May 28, 2011
This marks my 100th post to the Touring Gear and Tips column, and after looking back through some previous posts, I thought I would take this opportunity to run down some of the touring gear that I have been most excited about. What follows are my personal favorites, and should not be taken as a definitive 'best of' list, since I don't necessarily believe that there is a true best of show in bicycle touring.
Road Touring Bike
Raleigh Sojourn: I have been a huge fan of this bike over the past few years for a lot of reasons. First off, the sloping top tube does a great job helping shorter riders dismount and remount the bike, especially when it is loaded up with a lot of weight. As far as the build is concerned, they really nailed the core details, such as a wide range cassette, triple crankset, bar end shifters. What really sets this bike off is the attention to detail and extras, such as the WTB handlebars that flare out a bit in the drops for extra stability, a Brooks B17 aged saddle, Brooks leather handlebar tape, a painted to match rear rack, a full set of fenders, mechanical disc brakes, pedals with toe clips, a very nice Lezyne pump, and just for good measure, a bell. Coming in at around $1320, this is a super impressive price for what you're getting.
Off-Road Touring Bike
Salsa Fargo: I have a lot of respect for Salsa coming out and producing a bike that really focuses hard on off-road touring. This is a pretty small niche, and they were taking a big risk going after it, but it turned out to be a huge success, and we're seeing more and more of them cruise through the office each year. You see a lot of touring friendly features in the frame, such as a long wheelbase and tall head tube for a stable and comfy ride, in addition to tons of water bottle, rack, and fender eyelets to make sure you can secure everything you need to the bike. The drop bars also give you a lot of options for hand positions for comfort, and the 29 inch wheels do a great job of smoothing out the dirt/gravel.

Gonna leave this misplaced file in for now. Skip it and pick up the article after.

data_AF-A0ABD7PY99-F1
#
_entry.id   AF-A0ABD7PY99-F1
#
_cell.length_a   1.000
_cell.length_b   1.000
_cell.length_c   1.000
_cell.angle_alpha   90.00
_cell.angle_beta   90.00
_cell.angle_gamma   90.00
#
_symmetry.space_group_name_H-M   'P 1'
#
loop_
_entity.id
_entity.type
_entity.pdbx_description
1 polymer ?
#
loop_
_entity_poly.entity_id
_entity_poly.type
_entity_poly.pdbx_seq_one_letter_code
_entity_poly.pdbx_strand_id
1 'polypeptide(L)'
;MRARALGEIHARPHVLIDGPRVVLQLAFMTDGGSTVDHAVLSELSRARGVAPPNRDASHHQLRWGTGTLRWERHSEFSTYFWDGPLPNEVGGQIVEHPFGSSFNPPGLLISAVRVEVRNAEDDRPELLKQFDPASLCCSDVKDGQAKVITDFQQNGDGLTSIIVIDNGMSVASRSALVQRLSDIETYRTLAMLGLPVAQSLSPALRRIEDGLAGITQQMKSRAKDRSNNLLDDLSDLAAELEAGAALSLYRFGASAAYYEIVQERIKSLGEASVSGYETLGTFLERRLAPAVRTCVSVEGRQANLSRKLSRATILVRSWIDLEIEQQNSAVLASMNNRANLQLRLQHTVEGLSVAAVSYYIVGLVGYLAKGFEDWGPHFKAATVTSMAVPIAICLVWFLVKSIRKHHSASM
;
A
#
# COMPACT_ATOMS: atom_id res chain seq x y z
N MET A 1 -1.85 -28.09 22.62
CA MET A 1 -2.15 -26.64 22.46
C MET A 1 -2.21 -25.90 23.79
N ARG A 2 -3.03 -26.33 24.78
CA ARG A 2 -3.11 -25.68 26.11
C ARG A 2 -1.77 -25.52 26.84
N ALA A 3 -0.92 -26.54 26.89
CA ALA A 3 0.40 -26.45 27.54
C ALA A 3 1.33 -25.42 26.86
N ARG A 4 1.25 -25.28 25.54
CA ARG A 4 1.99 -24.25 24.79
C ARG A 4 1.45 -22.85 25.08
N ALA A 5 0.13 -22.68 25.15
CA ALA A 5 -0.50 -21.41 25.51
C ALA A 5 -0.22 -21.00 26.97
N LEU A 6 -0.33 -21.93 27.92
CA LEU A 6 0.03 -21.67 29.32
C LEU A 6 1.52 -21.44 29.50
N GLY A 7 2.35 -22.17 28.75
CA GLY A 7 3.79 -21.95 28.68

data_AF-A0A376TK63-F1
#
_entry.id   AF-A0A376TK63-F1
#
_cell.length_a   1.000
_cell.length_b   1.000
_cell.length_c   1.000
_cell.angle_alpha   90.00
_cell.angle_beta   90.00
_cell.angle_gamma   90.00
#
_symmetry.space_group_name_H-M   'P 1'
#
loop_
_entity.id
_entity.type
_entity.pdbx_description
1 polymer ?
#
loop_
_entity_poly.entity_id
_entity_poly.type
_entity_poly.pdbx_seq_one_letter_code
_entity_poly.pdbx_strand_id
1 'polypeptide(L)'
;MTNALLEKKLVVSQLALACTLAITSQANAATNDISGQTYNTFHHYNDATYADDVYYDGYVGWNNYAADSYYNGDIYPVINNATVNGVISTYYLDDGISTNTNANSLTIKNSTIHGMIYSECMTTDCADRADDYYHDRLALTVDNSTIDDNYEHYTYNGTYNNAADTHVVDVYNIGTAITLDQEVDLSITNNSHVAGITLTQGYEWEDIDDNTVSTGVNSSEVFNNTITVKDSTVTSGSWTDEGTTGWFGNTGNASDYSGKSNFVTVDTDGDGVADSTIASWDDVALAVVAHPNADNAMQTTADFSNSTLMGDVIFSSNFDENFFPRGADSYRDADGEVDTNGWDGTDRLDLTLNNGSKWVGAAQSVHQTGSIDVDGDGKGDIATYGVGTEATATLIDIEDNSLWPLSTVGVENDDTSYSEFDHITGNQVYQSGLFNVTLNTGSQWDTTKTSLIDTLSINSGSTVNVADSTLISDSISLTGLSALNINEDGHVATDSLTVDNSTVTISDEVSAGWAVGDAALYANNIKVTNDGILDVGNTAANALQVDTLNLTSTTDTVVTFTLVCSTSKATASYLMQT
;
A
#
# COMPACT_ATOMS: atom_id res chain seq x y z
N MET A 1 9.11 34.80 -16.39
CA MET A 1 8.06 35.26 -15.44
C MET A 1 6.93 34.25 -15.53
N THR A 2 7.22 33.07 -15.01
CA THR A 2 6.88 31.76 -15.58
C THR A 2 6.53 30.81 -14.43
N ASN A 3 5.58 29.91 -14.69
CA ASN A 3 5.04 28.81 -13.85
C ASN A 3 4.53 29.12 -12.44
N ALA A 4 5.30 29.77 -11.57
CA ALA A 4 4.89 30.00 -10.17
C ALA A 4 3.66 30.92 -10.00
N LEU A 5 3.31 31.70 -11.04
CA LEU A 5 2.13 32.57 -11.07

Ritchey Breakaway Cross: If a lot of your tours require a flight, or train ride, having a bike that fits into an easy to carry suitacse can save you some money on baggage fees, and make trips between terminals and hotels a lot easier. There are a growing number of options for this style of bike, that include folding bikes and S&S couplings, yet I've been really happy with the system Ritchey has with their Breakaway line. Using a small clamp near the bottom bracket, a couple of bolts near the seat tube/top tube cluster, and a couple of cable disconnects, this frame can be disassembled and reassembled in a hurry, and fits into an unassuming suitcase (included) with rollers. Available in either steel or titanium, it provides a very smooth ride, and has rear rack mounts, in addition to eyelets for a full set of fenders.
Topeak Road Morph Pump: As far as on-the-road bike repairs go, flat tires could be my least favorite to take care of, partially because it is the most common repair encountered on tour. Topeak's Road Morph Pump doesn't make changing flats fun by any means, but does make the process go by quickly with little effort. The key ingredient with this pump is that it can convert into a mini-floor pump, which allows you to get good leverage over the handle. The road version of this pump also includes a gauge, which is surprisingly accurate at high pressures.
Photochromic Lenses: For a lot of clothing options, I'm not super picky, but when it comes to vision, I do like to make sure I can see everything clearly. Also, squinting a lot in the sun can make me a little bit tired, and for cloudy days, I like to keep blowing debris out of my eyes. Photochromic lenses, sometimes called transition lenses, are a style of lens that darkens when exposed to UV light, and clears up when UV light is less present. They are great for almost all conditions of light, so you don't have to carry around spare lenses on your ride.
TOURING GEAR AND TIPS is written by Joshua Tack of Adventure Cycling's member services department. It appears weekly, highlighting technical aspects of bicycle touring and advice to help better prepare you for the journey ahead.